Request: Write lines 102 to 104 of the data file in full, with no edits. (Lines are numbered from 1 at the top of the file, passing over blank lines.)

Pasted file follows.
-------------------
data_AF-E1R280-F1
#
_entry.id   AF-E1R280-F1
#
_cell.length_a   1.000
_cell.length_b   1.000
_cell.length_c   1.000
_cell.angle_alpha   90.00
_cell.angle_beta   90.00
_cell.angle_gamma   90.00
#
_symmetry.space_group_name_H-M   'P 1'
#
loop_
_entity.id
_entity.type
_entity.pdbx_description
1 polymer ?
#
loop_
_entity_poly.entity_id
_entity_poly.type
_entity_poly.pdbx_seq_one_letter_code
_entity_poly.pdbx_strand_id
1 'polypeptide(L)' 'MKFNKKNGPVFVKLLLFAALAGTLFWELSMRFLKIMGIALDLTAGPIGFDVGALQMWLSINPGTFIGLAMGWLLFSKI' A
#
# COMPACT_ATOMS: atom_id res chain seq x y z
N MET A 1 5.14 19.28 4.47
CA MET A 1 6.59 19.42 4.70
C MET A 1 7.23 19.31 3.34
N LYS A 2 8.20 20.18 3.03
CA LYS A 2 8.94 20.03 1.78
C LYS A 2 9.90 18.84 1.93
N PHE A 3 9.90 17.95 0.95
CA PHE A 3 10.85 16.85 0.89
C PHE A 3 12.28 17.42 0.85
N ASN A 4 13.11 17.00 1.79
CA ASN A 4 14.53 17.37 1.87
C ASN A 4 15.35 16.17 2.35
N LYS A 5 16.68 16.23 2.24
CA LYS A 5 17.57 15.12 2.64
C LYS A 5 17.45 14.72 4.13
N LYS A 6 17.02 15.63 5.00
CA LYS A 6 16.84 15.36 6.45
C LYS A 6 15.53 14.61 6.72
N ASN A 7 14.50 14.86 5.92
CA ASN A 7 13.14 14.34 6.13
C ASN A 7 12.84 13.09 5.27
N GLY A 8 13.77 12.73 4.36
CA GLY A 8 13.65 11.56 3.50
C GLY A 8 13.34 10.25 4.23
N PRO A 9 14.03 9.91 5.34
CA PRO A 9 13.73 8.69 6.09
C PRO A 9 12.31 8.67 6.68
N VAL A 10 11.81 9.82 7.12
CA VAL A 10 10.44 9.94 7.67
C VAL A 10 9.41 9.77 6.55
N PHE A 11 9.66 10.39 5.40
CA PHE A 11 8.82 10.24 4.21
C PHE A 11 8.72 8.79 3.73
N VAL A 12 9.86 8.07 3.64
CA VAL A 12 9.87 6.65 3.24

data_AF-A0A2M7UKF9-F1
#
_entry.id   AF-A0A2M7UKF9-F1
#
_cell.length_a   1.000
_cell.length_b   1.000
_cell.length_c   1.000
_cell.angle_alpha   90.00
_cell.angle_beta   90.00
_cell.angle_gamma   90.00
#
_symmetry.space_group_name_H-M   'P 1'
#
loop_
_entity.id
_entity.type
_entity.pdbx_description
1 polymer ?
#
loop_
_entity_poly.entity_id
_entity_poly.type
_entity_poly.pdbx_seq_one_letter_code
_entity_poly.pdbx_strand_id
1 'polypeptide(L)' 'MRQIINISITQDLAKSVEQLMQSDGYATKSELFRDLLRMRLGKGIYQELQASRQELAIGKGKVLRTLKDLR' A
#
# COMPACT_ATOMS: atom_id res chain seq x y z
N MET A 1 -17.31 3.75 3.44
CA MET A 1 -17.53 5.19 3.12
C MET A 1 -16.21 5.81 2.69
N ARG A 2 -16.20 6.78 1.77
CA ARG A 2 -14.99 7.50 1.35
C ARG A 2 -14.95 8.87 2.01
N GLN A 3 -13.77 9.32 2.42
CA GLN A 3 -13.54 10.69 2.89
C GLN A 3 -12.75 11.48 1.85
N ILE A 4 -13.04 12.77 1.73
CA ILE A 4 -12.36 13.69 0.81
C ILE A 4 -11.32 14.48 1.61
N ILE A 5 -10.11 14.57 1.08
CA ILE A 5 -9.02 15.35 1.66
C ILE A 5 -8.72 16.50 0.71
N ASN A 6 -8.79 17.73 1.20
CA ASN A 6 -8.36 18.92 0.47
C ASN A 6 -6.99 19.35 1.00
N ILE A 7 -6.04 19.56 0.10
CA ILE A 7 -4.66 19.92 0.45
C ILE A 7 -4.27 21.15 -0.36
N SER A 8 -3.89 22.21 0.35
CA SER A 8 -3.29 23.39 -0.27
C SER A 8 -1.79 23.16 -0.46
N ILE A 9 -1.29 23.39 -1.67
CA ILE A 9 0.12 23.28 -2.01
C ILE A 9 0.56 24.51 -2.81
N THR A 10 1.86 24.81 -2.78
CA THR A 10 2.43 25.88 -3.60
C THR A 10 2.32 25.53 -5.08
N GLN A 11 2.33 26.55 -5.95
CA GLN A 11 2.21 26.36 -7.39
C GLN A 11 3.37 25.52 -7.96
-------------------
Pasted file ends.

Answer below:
N ILE A 5 -10.11 14.57 1.08
CA ILE A 5 -9.02 15.35 1.66
C ILE A 5 -8.72 16.50 0.71